Saxism or Sexism? Gender diversity in the classical saxophone community

The classical music sector has long been dominated by men, a situation only amplified for classical saxophonists. The sexism in the industry needs to change, says performer, researcher and educator Jazmin Ealden.

The field of classical music has long been dominated by men. For classical saxophonists, this is amplified by the close-knit nature of our field and the history of the instrument. Designed by a man, developed in conjunction with male composers of the late 19th/early 20th centuries, advanced through the support of institutions led by male pedagogues, and sustained by a rigid circuit of male concert soloists. This doesn’t leave much to the imagination when it comes to identifying the root cause of our current predicament.

Last week, renowned saxophone brand Henri Selmer Paris released a promotional video for their new model of saxophone.

The Selmer Supreme has been hailed as the next big thing in the saxophone world, even self-defined by the company as ‘the best saxophone ever made’. Boasting an impressive list of endorsements and testimonials, the marketing team at Selmer clearly knows how to pull together a marketing campaign. Unfortunately for the female saxophonists out there, the list is about as inclusive as the industry we’ve come to know and exist in. Not a single woman featured. Not one.

And yet, Selmer horns are played on around the world by thousands of highly successful and esteemed female soloists. More so, countless emerging artists and budding musicians have saved for years just to purchase an esteemed Selmer-branded horn. So why the exclusion from the promotional material? Surely it makes sense for Selmer to strive for inclusive representation to best reflect the wide-ranging demographic of their customer base?

When I emailed Selmer with my disappointed feedback, I was met with what I perceived as apathetic, reluctant acknowledgment:

‘You’re right but it’s already difficult to include all that we want in a short teaser: man, woman, black people, Chinese, Russian, big, small, mestizo, little, tall, etc…’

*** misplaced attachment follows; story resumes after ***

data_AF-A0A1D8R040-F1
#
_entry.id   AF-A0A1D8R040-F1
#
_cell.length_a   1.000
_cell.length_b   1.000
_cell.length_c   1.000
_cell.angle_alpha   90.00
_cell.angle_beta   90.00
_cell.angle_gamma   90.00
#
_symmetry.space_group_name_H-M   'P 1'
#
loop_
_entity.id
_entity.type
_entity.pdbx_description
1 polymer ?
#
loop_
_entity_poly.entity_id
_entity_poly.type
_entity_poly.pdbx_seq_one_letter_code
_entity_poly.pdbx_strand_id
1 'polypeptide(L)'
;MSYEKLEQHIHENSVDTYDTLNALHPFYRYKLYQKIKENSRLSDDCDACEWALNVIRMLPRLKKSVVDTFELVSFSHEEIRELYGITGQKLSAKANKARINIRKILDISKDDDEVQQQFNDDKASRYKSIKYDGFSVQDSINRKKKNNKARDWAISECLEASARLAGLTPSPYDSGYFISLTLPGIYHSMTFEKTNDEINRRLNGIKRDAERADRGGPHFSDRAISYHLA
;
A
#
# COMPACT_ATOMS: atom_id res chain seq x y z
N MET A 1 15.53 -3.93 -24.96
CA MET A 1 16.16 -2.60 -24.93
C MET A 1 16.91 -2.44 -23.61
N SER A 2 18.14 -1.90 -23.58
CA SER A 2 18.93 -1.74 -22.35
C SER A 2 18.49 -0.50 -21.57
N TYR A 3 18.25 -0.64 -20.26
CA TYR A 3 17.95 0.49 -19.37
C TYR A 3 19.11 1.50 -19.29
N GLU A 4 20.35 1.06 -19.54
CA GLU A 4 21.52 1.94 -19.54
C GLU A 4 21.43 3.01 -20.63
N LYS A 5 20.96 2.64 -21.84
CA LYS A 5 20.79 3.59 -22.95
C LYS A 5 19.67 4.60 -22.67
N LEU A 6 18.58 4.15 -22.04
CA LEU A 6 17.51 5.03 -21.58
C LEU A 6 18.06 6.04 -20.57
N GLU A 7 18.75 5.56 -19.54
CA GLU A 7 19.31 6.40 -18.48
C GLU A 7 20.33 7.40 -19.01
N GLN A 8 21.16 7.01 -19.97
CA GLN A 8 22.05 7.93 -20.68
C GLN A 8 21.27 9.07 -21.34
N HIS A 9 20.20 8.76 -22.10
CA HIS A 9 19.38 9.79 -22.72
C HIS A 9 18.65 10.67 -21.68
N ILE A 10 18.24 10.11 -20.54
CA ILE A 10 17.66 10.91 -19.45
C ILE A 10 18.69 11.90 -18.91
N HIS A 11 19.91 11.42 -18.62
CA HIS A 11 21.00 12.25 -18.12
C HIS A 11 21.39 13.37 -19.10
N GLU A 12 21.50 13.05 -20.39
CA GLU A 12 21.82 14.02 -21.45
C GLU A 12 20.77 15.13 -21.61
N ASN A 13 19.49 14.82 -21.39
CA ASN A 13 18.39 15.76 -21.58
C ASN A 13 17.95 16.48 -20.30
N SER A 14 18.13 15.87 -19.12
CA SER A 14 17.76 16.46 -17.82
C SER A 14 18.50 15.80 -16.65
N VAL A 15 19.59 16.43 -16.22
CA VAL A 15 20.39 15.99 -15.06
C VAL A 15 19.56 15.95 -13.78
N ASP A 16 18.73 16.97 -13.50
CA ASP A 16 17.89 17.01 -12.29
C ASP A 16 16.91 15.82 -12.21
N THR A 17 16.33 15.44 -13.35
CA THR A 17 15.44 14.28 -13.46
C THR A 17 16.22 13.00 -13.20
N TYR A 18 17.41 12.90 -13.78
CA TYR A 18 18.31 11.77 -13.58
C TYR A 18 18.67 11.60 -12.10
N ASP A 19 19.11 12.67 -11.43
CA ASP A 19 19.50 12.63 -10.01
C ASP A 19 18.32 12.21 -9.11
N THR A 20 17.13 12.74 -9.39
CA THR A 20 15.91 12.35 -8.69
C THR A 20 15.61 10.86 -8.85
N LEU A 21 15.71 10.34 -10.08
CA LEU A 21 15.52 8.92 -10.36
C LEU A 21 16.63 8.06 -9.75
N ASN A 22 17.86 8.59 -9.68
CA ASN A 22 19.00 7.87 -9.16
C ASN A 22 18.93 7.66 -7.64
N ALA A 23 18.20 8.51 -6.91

Evidently, a task so challenging that they instead chose to only represent what they know best: white men. This begs the question, then, are they only interested in reaching a specific portion of their buyers’ market? It seems this does not matter to Selmer; they have to look after their friends and those already in their networks after all.

Performer, researcher and educator Jazmin Ealden. Photo credit: @ealdenphotography

The response to the marketing campaign has been met with mixed response on social media. Encouragingly, others have shared similar sentiments of frustration about the lack of inclusivity.

‘As a woman who plays saxophone, I’m offended and confused by why you’d only target your non-gendered instrument to one gender? Hope it affects your sales negatively until you release a more inclusive advertisement!!’

‘For a company with a plethora of incredibly diverse artists on their roster, this oversight is inexcusable.’

It is particularly reassuring to witness white men from within those circles publicly coming forward to share their thoughts.

‘Serious “boys club” video you’ve got there. Zero representation of female saxophonists. You have a responsibility to do much better than that.’

‘Such a beautiful instrument. Can female players not play as well? Why none here? Shame.’

‘A whole [seven] minutes of film and they couldn’t get a hold of at least one of the many brilliant women who can play [the] sax? Disappointed to say the least.’

These comments demonstrate that support clearly exists within the saxophone community. The allyship shown by those who cannot directly relate to such discrimination is a significant and valuable contribution to dismantling such sexist behaviours.